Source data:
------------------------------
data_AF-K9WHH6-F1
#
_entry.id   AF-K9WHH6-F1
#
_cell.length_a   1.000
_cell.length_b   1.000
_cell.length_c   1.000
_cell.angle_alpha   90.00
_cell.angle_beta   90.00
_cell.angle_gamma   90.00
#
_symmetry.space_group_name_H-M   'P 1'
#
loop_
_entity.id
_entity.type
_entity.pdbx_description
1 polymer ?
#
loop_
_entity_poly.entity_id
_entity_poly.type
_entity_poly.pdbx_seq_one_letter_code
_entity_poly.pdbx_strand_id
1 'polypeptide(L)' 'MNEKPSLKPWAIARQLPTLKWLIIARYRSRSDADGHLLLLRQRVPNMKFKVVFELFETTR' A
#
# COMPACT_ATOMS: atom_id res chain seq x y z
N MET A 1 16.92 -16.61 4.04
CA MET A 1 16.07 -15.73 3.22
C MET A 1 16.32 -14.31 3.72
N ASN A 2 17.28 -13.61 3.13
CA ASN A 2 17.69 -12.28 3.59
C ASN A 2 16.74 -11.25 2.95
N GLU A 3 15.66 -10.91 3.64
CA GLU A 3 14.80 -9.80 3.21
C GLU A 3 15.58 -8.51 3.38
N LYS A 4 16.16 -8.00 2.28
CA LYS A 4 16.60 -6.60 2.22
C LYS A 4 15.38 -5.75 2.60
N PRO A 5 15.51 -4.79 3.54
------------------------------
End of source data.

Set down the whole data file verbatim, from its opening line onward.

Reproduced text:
data_AF-K9WHH6-F1
#
_entry.id   AF-K9WHH6-F1
#
_cell.length_a   1.000
_cell.length_b   1.000
_cell.length_c   1.000
_cell.angle_alpha   90.00
_cell.angle_beta   90.00
_cell.angle_gamma   90.00
#
_symmetry.space_group_name_H-M   'P 1'
#
loop_
_entity.id
_entity.type
_entity.pdbx_description
1 polymer ?
#
loop_
_entity_poly.entity_id
_entity_poly.type
_entity_poly.pdbx_seq_one_letter_code
_entity_poly.pdbx_strand_id
1 'polypeptide(L)' 'MNEKPSLKPWAIARQLPTLKWLIIARYRSRSDADGHLLLLRQRVPNMKFKVVFELFETTR' A
#
# COMPACT_ATOMS: atom_id res chain seq x y z
N MET A 1 16.92 -16.61 4.04
CA MET A 1 16.07 -15.73 3.22
C MET A 1 16.32 -14.31 3.72
N ASN A 2 17.28 -13.61 3.13
CA ASN A 2 17.69 -12.28 3.59
C ASN A 2 16.74 -11.25 2.95
N GLU A 3 15.66 -10.91 3.64
CA GLU A 3 14.80 -9.80 3.21
C GLU A 3 15.58 -8.51 3.38
N LYS A 4 16.16 -8.00 2.28
CA LYS A 4 16.60 -6.60 2.22
C LYS A 4 15.38 -5.75 2.60
N PRO A 5 15.51 -4.79 3.54